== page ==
Are you starting out in your school career, or just want to try something different during the first week of speech-language therapy? Here’s what my first week of therapy in the elementary school looks like.
My personal goals are pretty simple for the first week. My primary purpose is to get to know my students and help them to be comfortable around me, since I will be asking them to try difficult things during the year. I also think it is important for my students to know why they come to speech-language therapy. Finally, I like to get some sort of baseline data to see how each student is doing with each of their IEP goals.
First, I welcome the students to my room, and introduce myself. I show each one around the room, pointing out their reward chart, the treasure box, etc. I try to make a point of explaining my bulletin board with “I can” statements, and show each student several that relate to their goals in therapy.
Next, we fill out these pages from my Free Student Goal Display. While they are coloring a picture of themselves, I spend a little time getting to know the students, or if they are continuing students, what they have been up to since I saw them last May. We also talk about what each student’s individual goals are, and why they are important. (It’s so interesting to see why students think they come to therapy!) I will take these and mount them on colored card stock to make a display for one of the walls in my therapy room.
Then, I will start quickly assessing my students’ skill levels with each of their IEP goals. My favorite way to do this is to use my progress monitoring tools for articulation, phonology, language, and grammar. If I have a group of students, I will let the others draw me a picture, play with play-doh, or work on a quiet educational app on one of my iPads while I progress monitor with each student. (This may take a full session or two, depending upon how many goals each student has.)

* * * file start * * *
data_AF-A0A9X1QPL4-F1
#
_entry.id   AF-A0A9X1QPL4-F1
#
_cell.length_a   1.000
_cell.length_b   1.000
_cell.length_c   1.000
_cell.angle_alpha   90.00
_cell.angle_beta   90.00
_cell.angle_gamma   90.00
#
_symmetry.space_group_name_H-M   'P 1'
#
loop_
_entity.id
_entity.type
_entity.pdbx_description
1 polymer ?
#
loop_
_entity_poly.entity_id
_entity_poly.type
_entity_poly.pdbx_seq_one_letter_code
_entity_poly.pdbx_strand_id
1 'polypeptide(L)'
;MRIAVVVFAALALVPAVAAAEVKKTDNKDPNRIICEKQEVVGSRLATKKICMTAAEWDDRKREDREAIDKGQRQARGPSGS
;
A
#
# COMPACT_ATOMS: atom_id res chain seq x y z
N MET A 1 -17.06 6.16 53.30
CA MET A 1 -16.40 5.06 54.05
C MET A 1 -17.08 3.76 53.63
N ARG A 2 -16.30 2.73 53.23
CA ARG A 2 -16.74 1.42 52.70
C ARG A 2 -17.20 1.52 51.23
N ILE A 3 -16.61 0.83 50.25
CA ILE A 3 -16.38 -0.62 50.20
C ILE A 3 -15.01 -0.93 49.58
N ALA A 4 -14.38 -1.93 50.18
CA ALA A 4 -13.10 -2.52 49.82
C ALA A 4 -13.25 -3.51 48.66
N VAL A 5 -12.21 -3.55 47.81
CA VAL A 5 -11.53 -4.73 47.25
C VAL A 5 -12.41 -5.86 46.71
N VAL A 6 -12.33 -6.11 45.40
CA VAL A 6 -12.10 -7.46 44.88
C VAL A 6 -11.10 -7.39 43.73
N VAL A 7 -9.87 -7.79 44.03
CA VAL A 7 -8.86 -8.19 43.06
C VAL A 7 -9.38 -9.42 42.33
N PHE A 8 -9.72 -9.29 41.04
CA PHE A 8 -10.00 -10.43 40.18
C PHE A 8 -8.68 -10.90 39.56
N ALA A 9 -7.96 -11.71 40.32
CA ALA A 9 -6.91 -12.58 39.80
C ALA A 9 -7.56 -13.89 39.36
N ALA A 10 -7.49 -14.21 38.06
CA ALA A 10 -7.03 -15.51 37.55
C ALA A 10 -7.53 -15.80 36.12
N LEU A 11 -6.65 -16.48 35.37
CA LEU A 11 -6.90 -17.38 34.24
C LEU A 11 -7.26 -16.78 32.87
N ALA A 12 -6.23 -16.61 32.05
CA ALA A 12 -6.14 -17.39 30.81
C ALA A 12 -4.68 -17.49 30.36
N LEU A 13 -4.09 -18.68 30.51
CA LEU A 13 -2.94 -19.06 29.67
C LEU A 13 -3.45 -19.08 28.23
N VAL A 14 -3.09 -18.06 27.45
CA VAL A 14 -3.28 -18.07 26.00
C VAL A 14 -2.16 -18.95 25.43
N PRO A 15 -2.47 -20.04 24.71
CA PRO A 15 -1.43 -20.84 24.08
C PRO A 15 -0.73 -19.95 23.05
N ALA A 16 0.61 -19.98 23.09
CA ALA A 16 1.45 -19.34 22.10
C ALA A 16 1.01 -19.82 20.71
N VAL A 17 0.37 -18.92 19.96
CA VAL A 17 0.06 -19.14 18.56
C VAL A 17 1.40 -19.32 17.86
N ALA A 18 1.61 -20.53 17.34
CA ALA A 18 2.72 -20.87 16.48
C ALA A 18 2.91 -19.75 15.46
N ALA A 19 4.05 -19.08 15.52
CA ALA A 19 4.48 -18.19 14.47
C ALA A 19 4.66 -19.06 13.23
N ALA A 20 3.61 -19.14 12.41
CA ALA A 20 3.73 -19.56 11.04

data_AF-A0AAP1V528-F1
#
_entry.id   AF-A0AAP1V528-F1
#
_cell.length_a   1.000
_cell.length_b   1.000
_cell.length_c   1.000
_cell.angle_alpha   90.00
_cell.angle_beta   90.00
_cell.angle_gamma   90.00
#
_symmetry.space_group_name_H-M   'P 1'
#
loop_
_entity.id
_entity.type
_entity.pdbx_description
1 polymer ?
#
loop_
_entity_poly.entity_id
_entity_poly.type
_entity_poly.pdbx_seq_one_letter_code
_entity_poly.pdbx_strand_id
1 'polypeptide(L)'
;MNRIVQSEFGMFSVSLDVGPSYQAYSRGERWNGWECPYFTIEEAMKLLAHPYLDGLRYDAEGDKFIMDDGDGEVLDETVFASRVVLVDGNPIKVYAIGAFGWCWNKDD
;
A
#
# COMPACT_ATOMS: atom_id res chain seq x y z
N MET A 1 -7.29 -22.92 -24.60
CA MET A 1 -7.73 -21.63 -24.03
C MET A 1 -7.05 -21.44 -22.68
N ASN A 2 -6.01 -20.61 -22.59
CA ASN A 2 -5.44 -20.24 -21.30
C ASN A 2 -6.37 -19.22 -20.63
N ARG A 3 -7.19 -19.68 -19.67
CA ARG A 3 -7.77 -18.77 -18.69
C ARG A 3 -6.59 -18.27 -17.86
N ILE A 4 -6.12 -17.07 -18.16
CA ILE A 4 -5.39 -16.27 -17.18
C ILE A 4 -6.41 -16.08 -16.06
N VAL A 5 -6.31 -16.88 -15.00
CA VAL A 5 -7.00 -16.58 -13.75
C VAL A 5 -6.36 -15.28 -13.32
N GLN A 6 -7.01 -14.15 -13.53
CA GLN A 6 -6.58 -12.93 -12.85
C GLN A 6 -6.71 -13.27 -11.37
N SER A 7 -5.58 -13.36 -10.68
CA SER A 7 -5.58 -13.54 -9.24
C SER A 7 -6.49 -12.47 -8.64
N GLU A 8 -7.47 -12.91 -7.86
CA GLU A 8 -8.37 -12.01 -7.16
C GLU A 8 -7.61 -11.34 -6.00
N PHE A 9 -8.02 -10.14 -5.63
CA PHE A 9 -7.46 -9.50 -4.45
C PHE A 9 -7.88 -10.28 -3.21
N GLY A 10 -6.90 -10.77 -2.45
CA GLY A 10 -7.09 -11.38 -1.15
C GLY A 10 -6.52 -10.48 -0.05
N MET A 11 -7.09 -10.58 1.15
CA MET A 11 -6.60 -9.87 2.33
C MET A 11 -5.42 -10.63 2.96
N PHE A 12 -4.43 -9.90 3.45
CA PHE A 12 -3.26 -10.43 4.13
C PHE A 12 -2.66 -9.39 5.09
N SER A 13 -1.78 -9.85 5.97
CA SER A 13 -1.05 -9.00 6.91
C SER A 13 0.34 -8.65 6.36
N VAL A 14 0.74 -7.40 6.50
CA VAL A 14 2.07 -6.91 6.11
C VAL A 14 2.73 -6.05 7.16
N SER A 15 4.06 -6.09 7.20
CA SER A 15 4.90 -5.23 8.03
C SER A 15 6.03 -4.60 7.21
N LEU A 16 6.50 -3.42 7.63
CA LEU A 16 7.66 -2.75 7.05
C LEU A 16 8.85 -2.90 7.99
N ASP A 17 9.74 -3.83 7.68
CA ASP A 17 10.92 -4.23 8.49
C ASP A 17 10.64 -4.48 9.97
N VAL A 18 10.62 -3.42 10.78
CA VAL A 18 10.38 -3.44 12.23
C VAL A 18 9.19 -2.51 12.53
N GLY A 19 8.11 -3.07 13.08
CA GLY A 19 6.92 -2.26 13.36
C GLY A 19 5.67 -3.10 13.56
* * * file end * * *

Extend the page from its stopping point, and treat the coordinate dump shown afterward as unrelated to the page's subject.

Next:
For my articulation, phonology, and fluency students, I also have them fill out my student self-rating scales. I just created these last year, and I have found them to be very revealing to see how each student views his or her disorder. These are also something I like to do again at the end of the year to see how much their perception has changed.
For my older students, we also spend a few minutes discussing how they will come to speech-language therapy. Some prefer to come on their own, while others prefer me to come get them. I think it is important to respect each student’s wishes, and do what I can to work with each one.
What do you do in your first week of therapy?
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